I did suggest a slightly less intrusive option, some sort of "phone check" area, just like a coat check, only without the hangers...and coat racks. Oh, you get the idea. He did tell me about a gadget that is used in theaters in a far flung land called "Canada" that jams the signal of these strange technological weapons. You can use your phone in the lobby, but not in the theater itself. "Canada", I whispered. "Tell me more of this wonderous place, this world saving device. Would they be willing to share their magic with us?" "No" he said, sadly shaking his head, "we can't use it here, it's some kind of civil rights thing or something like that."
It's a violation of our civil rights to make people turn off their cell phones during a movie? You're kiddng, right? Right?! RIGHT?!?! Please be kidding. Please? Nope, not kidding. How sad that we have to be forced to do things that should be common courtesy.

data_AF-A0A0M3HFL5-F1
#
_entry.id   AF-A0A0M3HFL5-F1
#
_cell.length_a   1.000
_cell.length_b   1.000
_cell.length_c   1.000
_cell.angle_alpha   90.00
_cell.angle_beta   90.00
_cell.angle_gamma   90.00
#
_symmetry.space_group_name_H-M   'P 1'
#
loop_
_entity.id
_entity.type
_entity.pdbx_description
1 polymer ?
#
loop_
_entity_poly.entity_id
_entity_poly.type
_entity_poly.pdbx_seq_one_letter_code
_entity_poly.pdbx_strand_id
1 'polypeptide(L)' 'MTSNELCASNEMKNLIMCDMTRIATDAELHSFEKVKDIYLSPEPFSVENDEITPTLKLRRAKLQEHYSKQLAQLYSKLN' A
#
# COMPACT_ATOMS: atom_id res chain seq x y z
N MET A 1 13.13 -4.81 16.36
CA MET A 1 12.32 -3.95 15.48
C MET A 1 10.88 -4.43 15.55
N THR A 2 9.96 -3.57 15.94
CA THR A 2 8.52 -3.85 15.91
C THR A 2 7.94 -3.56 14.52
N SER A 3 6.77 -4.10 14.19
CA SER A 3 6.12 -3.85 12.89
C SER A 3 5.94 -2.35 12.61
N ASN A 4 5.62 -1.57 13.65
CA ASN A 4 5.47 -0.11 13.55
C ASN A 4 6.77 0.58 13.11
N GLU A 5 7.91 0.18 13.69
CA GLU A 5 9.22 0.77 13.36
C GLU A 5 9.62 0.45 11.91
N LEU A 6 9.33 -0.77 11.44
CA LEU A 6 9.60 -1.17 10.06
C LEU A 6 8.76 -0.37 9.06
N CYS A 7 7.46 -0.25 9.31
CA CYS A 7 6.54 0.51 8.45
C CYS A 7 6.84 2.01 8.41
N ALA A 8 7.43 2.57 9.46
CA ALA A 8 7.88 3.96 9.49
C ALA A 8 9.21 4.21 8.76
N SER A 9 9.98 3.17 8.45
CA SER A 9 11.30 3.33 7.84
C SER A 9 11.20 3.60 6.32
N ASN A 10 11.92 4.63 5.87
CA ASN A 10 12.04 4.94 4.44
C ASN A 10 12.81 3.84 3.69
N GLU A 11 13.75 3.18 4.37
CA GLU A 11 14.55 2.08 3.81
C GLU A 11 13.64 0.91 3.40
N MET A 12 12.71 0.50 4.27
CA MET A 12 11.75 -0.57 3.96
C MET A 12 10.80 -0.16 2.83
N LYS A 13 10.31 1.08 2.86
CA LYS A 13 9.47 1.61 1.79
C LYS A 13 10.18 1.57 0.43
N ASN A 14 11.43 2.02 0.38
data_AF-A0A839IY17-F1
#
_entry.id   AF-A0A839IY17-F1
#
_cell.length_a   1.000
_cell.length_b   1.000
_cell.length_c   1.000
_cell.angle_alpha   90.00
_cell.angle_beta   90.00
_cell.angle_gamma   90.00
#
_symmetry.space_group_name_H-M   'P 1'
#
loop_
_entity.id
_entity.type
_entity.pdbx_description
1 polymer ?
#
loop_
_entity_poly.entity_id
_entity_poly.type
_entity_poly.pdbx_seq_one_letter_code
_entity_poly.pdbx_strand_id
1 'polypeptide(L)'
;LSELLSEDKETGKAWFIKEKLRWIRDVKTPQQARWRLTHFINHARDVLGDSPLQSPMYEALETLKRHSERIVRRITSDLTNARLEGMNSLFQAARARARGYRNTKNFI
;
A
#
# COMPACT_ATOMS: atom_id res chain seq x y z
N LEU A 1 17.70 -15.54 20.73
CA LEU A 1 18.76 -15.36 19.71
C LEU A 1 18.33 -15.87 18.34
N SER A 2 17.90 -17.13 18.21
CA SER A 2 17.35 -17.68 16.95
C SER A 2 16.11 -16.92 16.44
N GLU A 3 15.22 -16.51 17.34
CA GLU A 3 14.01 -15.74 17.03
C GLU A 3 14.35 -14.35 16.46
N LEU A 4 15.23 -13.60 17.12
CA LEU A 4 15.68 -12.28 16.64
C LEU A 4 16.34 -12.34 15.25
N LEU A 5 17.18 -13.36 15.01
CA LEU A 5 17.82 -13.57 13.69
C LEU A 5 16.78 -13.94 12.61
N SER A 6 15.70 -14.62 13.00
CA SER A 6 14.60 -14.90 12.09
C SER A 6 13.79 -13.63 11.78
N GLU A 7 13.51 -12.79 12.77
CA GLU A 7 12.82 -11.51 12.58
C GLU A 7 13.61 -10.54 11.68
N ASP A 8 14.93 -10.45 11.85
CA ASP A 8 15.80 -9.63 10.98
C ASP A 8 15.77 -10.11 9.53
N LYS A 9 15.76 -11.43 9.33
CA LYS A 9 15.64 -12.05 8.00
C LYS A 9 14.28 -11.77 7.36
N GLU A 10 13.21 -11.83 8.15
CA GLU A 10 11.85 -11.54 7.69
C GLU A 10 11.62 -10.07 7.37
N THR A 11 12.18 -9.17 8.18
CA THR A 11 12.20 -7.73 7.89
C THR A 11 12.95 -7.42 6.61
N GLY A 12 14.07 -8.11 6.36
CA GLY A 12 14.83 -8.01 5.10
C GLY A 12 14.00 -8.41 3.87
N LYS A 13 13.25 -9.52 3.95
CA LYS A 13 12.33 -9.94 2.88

I do have to wonder, these people hauled their butts to the theater at midnight on a Tuesday to pay five bucks to see this movie on the first night and they spend half the time texting the guy sitting two seats away? What was the point? Why did they bother? Do you suppose they put their phones down to go to the bathroom? Or while in the shower? Or when they're...doing other intimate things? Let's not go there, just don't. You'll never ever, ever get that picture out of your head. It's there already, sorry about that.
So that's it for now, if you take nothing else from reading my little saga, take this: Don't use your cell phone in the movie theater, I might be sitting next to you.